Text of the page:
>per»is«bd farm Program! tor <w FFA Members Future Farmers of Texas make a big business, out of their laboratory experiences in Vocational agriculture. Last year 39,000 members 5n Texas cleared over $4 1 /& million from 46,700 head of livestock, 45,000 acres of crops and nearly a million head of poultry. In the classrooms of over 900 high schools in Texas, students study scientific agriculture practices as a part of their regular high school cux 1 - riculum. When the school day is over, all is not finished foi the vocational agriculture student, because he is responsible for his supervised farming pro gram which is under the watchful eye of his vocationa agriculture instructor. With money ;: he earns fron his project program, , using im proved 'practices he has stiudiec in classy the student launche into the very competitive field of agriculture production where he must use every managerial skill at his command to show a profit. Unemployed May Not Want Work WASHINGTON— Unemployment can reflect the desire to work but inability to find a job. It can also reflect the ability to work 'but lack of desire for a job. Present employment surveys by the Department of Labor don't show the difference. The average unemployment Tate is 4.8 per cent (actual rate; the seasonal rate is 6.6 NEWS OF MEN IN SERVICE per cent). That is for the jobless. Teen-aged boys have a 13.1 per cent rate; teen-aged girls 12.7 per cent. Married women have a 6.4 per cent rate. Single men over 20 have an 8.8 per cent rate. It is possible that some teenagers, though seeking work, show no great desire for it because they are living <at home Mike Gray , . . *. * * Pfc. Mike Gray, son of Mr. and Mrs. Ralph C. Gray, of Abilene, is serving with the 1st Cavalry Division in Korea. Mrs. Gray •will be remembered as Kathleen Holley, daughter of Mr. and Mrs. France Holley. Mike lived here as a child. A tank driver in Company C, 2d ^Battalion of the division's 15th Armor, Mike entered the Army in Feb. 1962 and completed basic training at Fort Carson, Okla. The 21-year-oict soldier was graduated from Abilene high school in 1961. His address is: Pfc. James M. Gray, RA 18634682 1st Cavalry Division APO 24 San Francisco, Calif. with their parents. It is possible that some manned women are very choosy about the type of work they will accept so long as their husbands are supporting them. Tuberculosis' is caused Tjy a germ which can enter the body and lie dormant for years, then become active. Civil Defense Offers Training Opportunities COLLEGE STATION. — A study of radioactive fallm.it and how to minimize ot avoid its deadly effects can 1)e reassuring to families, says Bobye J. Riney. Miss Rincy, rurail civil defense specialist with the Agricultural Extension Service says there are many educational programs or training opportunities In civil defense available to family members. "These programs are geared to a basic, ' thorough understanding of radioactivity and fallout," the specialist explains. Most of the programs are free to the public and are offered throughout the state. The Texas Education Agency spon : sors the Civil Defense Adult Education Course through the public schools, and the State Department of Health sponsors the Medical Self-Help course through local medical societies. The Agricultural Extension Service is involved in an educational effort at both state and local levels. Courses in shelter management, radiological defense and other defense areas are offered by the recently organized University Extension Civil Defense Program of the Texas A&M Engineering Extension Service. ••;;• Additional information about civil defense training opportunities may be obtained from county Extension Service agents or by uniting directly to the Extension rural civil defense specialists at Texas A&M University. More Disabled and Handicapped Regardless of advances made in medical science and practice, there are more disabled and handicapped .person In the world than there were twenty years ago, the World Health Organization of fh« United Na- AT RABURM'S - THAT'S WHERE PRICES GOOD FRIDAY AND SATURDAY TOTAL Whole Wheat Flakes...... 29* Maxwell House 2 Oz. Jar — 3 Shurfine CAKE NIXES 3 Boxes — Longhorn Hickory Smoke 2 Ib. Grade A Fresh Dressed Lb.— F *%*&/* Fryers 33v Pure Cane SUGAR Hunt's CATSUP 14 oz. bottle -JMt, Food King OLEO Pound ... 15* Shurfresh CRACKERS lib. box 25« French Prepared Mustard Shurfine Sli. or halves-lV-z cans 2 FOR Peaches 5 CRISCO SHORTENING 3 Ib. can RABURN GROCERY AND MARKET Phone 447-2171 - We Deliver Double Stamps on Wednesday JUNIOR HIGH FIRECRACKERETTES Firecrackerettes today, thesej are the Rockettes of a few years from now. Under the coaching of Harvey Millsap, the girls have won 7 games and lost only three so far this year. Their last two games were cancelled because of the weather. The girls here are exhibiting their second place trophy, Won in their own tournament. In the back row> from left,;are Goach Millsap/Vikki Saunders, Joy Chandley, Debra Peters, Jo Nell Christoph, Beth Smith, Nancy Sikes, Jan Bowen, Vickie Green, Mary Lou Holton, Kay Taylor, Mary Lou Hanna and the two managers, Polly Browning and Nancy Thomas. Kneeling from left are Wauleen (XHair, Debbie Lewis, Mickey Ann Kendrick, Jennifer Leeper, Sharon Cummings, Brenda Bobo, Delores Moody, Cherry Lewis, Jacqueline King and Mary Bearden. Seated in front, from left, are Freida Minatrea, Jan Blain, Tanya Horton, Vicki Wade and Kathy Kiker. tions reiports. • The longer span of life, and accidents resulting from Increased mechanization and industrialization are cited as the causes. ; Formerly, the agency notes, nearly all rehabilitation work was done by individuals or voluntary organizations. Today, governments have assumed more and more of this work, but the survey makes a strong case for continuing service of the voluntary groups, cooperating with agencies of the gov- ernments. Small cuts in tractpr tires can be prevented from becoming big ones by first cleaning stones or foreign matter from them with a screwdriver, and then beveling the edges of the THE WELLINGTON fTEXAS) LEADER Thursday, February 13, 1964 cut .with a sharp knife to make a cone-shaped hole. This tapered hole will not fill up with dirt and stones which spi-ead the cut and make it more damaging. Let the WANT ADS Help WANTADS REGULARLY Need Cash Now From: a Business or Home? • Selling a Car or Boat? 0 Selling Household Goods? Then, classified advertising is your answer. Whether you're in the market to sell a car, real estate, household goods, outgrown clothing or toys, want ads are a proven, low cost method of reaching an interested buyer. The classified ads also list many needs under "Wanted to Buy/' So take advantage of the low budget rates for either single or multiple insertions. Simply list your ad in The Wellington Leader and enjoy the fast results. In record time, you will have benefited from the results of want ads. For complete details, call, write or visit our want ad office. The Leader classified ad-taker will help you write a powerful ad in as few words as possible. Call 447-2414 Today! Have That Needed Cash Tomorrow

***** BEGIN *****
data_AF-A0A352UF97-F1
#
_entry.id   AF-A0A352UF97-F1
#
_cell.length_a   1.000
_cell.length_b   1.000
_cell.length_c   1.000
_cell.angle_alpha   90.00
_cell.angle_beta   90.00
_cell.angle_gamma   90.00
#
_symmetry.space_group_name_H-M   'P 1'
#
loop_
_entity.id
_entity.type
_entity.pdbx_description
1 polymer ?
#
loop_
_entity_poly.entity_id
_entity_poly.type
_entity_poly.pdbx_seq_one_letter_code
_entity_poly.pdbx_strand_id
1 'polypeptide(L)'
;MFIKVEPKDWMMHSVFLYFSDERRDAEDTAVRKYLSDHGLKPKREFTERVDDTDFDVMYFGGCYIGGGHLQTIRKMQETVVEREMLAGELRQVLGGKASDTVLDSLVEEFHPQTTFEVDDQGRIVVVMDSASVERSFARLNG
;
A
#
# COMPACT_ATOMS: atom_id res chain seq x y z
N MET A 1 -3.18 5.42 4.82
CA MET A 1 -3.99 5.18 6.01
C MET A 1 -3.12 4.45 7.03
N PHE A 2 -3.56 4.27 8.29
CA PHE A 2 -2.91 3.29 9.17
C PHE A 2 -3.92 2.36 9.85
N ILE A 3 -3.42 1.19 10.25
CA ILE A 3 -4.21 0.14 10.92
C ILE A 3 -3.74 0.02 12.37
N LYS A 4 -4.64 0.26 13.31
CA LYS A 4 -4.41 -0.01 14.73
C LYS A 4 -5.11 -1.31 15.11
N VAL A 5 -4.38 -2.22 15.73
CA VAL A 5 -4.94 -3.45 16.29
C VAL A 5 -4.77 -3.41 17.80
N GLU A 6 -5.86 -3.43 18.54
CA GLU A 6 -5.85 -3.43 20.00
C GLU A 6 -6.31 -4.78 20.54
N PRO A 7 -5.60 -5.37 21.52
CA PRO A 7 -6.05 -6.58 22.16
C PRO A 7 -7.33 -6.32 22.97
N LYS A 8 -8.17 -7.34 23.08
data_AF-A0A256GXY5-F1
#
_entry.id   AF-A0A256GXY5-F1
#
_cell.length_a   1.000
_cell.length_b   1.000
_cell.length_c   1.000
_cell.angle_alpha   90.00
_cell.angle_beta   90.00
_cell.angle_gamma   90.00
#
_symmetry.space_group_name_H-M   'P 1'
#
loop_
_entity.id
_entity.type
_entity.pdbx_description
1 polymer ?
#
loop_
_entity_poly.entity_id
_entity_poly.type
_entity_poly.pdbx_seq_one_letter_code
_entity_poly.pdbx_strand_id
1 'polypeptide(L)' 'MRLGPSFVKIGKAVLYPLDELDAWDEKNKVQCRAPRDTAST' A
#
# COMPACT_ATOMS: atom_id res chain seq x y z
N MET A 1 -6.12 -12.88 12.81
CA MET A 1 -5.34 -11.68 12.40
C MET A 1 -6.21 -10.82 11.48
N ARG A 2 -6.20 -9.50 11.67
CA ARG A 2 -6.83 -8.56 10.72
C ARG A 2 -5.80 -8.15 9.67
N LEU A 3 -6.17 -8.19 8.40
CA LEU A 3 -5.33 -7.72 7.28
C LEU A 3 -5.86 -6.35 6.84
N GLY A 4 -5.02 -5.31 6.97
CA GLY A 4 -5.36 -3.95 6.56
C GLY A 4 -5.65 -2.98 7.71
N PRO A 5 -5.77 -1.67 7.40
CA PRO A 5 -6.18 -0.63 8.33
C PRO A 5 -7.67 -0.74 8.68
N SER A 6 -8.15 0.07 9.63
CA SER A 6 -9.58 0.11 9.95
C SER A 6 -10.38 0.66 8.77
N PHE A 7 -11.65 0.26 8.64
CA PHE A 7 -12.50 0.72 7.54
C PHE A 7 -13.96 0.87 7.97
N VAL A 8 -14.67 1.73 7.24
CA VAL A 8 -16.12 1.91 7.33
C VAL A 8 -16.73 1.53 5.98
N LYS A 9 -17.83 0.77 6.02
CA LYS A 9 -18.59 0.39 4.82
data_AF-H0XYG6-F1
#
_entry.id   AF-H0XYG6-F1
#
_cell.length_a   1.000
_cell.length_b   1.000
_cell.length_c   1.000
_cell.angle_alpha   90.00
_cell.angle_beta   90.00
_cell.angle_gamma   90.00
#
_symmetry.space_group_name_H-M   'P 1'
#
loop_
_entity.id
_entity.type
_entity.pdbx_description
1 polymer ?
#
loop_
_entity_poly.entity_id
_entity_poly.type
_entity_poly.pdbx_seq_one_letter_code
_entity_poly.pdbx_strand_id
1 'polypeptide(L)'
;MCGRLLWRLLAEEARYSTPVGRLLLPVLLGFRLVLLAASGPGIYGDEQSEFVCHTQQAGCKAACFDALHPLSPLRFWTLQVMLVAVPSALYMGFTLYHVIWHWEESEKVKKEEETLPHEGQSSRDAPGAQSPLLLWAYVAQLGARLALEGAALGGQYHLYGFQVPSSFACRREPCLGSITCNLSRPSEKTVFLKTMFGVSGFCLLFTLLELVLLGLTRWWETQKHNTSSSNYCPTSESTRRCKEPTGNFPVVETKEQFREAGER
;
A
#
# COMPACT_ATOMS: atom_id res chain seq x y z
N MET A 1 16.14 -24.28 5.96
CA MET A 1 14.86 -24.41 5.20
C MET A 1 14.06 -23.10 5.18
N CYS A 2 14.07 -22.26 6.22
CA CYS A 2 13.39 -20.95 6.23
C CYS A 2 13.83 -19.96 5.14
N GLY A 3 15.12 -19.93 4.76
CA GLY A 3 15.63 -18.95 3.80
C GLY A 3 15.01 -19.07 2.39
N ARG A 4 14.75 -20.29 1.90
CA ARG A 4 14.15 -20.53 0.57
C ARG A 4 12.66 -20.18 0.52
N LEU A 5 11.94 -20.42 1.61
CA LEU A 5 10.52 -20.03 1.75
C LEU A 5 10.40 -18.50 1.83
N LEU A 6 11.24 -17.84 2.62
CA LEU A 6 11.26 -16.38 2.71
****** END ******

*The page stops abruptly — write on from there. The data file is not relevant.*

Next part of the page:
Get full access with a Free Trial

Start Free Trial

What members have found on this page